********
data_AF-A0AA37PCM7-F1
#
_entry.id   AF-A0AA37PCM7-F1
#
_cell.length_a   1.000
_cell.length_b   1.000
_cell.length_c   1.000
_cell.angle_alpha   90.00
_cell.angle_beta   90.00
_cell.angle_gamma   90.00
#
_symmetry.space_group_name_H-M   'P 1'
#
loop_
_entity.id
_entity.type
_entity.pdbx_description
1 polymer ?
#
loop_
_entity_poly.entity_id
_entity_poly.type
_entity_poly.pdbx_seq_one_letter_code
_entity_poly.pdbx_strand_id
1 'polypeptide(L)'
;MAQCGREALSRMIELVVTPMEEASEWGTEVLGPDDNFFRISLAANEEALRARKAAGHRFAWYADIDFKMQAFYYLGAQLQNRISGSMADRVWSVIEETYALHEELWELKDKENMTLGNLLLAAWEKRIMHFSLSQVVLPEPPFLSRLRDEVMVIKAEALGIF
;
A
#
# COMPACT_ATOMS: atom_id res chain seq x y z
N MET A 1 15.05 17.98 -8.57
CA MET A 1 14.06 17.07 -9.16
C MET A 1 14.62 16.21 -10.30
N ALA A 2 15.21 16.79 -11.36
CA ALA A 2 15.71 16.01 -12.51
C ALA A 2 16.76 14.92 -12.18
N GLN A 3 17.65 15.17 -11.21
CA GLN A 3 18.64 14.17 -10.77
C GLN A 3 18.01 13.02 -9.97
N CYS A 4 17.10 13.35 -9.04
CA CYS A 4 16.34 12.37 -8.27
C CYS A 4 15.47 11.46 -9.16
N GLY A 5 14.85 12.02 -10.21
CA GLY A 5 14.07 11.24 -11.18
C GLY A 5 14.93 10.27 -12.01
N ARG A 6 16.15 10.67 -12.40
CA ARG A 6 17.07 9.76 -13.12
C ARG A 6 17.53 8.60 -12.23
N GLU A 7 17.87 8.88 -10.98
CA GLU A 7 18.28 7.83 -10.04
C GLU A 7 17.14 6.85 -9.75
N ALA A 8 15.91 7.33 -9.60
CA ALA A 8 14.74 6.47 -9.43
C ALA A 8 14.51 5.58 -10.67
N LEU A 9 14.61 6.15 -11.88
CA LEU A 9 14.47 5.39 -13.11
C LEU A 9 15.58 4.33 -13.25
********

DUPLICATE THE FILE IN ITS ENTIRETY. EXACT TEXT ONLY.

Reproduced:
data_AF-A0AA37PCM7-F1
#
_entry.id   AF-A0AA37PCM7-F1
#
_cell.length_a   1.000
_cell.length_b   1.000
_cell.length_c   1.000
_cell.angle_alpha   90.00
_cell.angle_beta   90.00
_cell.angle_gamma   90.00
#
_symmetry.space_group_name_H-M   'P 1'
#
loop_
_entity.id
_entity.type
_entity.pdbx_description
1 polymer ?
#
loop_
_entity_poly.entity_id
_entity_poly.type
_entity_poly.pdbx_seq_one_letter_code
_entity_poly.pdbx_strand_id
1 'polypeptide(L)'
;MAQCGREALSRMIELVVTPMEEASEWGTEVLGPDDNFFRISLAANEEALRARKAAGHRFAWYADIDFKMQAFYYLGAQLQNRISGSMADRVWSVIEETYALHEELWELKDKENMTLGNLLLAAWEKRIMHFSLSQVVLPEPPFLSRLRDEVMVIKAEALGIF
;
A
#
# COMPACT_ATOMS: atom_id res chain seq x y z
N MET A 1 15.05 17.98 -8.57
CA MET A 1 14.06 17.07 -9.16
C MET A 1 14.62 16.21 -10.30
N ALA A 2 15.21 16.79 -11.36
CA ALA A 2 15.71 16.01 -12.51
C ALA A 2 16.76 14.92 -12.18
N GLN A 3 17.65 15.17 -11.21
CA GLN A 3 18.64 14.17 -10.77
C GLN A 3 18.01 13.02 -9.97
N CYS A 4 17.10 13.35 -9.04
CA CYS A 4 16.34 12.37 -8.27
C CYS A 4 15.47 11.46 -9.16
N GLY A 5 14.85 12.02 -10.21
CA GLY A 5 14.07 11.24 -11.18
C GLY A 5 14.93 10.27 -12.01
N ARG A 6 16.15 10.67 -12.40
CA ARG A 6 17.07 9.76 -13.12
C ARG A 6 17.53 8.60 -12.23
N GLU A 7 17.87 8.88 -10.98
CA GLU A 7 18.28 7.83 -10.04
C GLU A 7 17.14 6.85 -9.75
N ALA A 8 15.91 7.33 -9.60
CA ALA A 8 14.74 6.47 -9.43
C ALA A 8 14.51 5.58 -10.67
N LEU A 9 14.61 6.15 -11.88
CA LEU A 9 14.47 5.39 -13.11
C LEU A 9 15.58 4.33 -13.25